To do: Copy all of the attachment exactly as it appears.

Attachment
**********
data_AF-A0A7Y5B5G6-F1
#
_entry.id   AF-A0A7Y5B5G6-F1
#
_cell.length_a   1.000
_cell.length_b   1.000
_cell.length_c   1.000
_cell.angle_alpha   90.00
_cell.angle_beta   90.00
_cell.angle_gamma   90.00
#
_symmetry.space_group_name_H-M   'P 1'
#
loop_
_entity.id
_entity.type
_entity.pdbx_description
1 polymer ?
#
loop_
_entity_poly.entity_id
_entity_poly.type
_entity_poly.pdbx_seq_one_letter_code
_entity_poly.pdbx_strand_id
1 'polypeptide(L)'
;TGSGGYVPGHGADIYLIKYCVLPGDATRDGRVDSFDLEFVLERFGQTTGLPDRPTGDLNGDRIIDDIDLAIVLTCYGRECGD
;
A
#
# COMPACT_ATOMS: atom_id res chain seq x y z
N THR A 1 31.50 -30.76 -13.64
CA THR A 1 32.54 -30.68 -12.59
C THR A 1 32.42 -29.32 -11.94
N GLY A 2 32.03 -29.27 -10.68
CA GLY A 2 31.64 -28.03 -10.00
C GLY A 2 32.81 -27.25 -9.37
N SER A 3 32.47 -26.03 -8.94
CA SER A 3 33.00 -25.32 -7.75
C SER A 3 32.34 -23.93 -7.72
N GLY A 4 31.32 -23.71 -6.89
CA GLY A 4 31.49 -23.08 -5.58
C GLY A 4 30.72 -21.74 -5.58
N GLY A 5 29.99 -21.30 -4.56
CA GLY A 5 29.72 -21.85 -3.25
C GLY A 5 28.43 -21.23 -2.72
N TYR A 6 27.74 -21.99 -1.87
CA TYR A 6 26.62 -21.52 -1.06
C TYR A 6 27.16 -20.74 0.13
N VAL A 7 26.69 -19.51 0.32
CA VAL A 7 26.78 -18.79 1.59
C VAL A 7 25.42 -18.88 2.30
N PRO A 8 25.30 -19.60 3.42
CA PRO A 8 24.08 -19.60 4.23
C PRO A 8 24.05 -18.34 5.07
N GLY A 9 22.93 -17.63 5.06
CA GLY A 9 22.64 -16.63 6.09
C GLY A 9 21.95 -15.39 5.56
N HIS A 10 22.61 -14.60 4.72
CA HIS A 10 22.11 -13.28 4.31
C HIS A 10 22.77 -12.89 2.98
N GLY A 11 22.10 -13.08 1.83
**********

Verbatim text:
data_AF-A0A7Y5B5G6-F1
#
_entry.id   AF-A0A7Y5B5G6-F1
#
_cell.length_a   1.000
_cell.length_b   1.000
_cell.length_c   1.000
_cell.angle_alpha   90.00
_cell.angle_beta   90.00
_cell.angle_gamma   90.00
#
_symmetry.space_group_name_H-M   'P 1'
#
loop_
_entity.id
_entity.type
_entity.pdbx_description
1 polymer ?
#
loop_
_entity_poly.entity_id
_entity_poly.type
_entity_poly.pdbx_seq_one_letter_code
_entity_poly.pdbx_strand_id
1 'polypeptide(L)'
;TGSGGYVPGHGADIYLIKYCVLPGDATRDGRVDSFDLEFVLERFGQTTGLPDRPTGDLNGDRIIDDIDLAIVLTCYGRECGD
;
A
#
# COMPACT_ATOMS: atom_id res chain seq x y z
N THR A 1 31.50 -30.76 -13.64
CA THR A 1 32.54 -30.68 -12.59
C THR A 1 32.42 -29.32 -11.94
N GLY A 2 32.03 -29.27 -10.68
CA GLY A 2 31.64 -28.03 -10.00
C GLY A 2 32.81 -27.25 -9.37
N SER A 3 32.47 -26.03 -8.94
CA SER A 3 33.00 -25.32 -7.75
C SER A 3 32.34 -23.93 -7.72
N GLY A 4 31.32 -23.71 -6.89
CA GLY A 4 31.49 -23.08 -5.58
C GLY A 4 30.72 -21.74 -5.58
N GLY A 5 29.99 -21.30 -4.56
CA GLY A 5 29.72 -21.85 -3.25
C GLY A 5 28.43 -21.23 -2.72
N TYR A 6 27.74 -21.99 -1.87
CA TYR A 6 26.62 -21.52 -1.06
C TYR A 6 27.16 -20.74 0.13
N VAL A 7 26.69 -19.51 0.32
CA VAL A 7 26.78 -18.79 1.59
C VAL A 7 25.42 -18.88 2.30
N PRO A 8 25.30 -19.60 3.42
CA PRO A 8 24.08 -19.60 4.23
C PRO A 8 24.05 -18.34 5.07
N GLY A 9 22.93 -17.63 5.06
CA GLY A 9 22.64 -16.63 6.09
C GLY A 9 21.95 -15.39 5.56
N HIS A 10 22.61 -14.60 4.72
CA HIS A 10 22.11 -13.28 4.31
C HIS A 10 22.77 -12.89 2.98
N GLY A 11 22.10 -13.08 1.83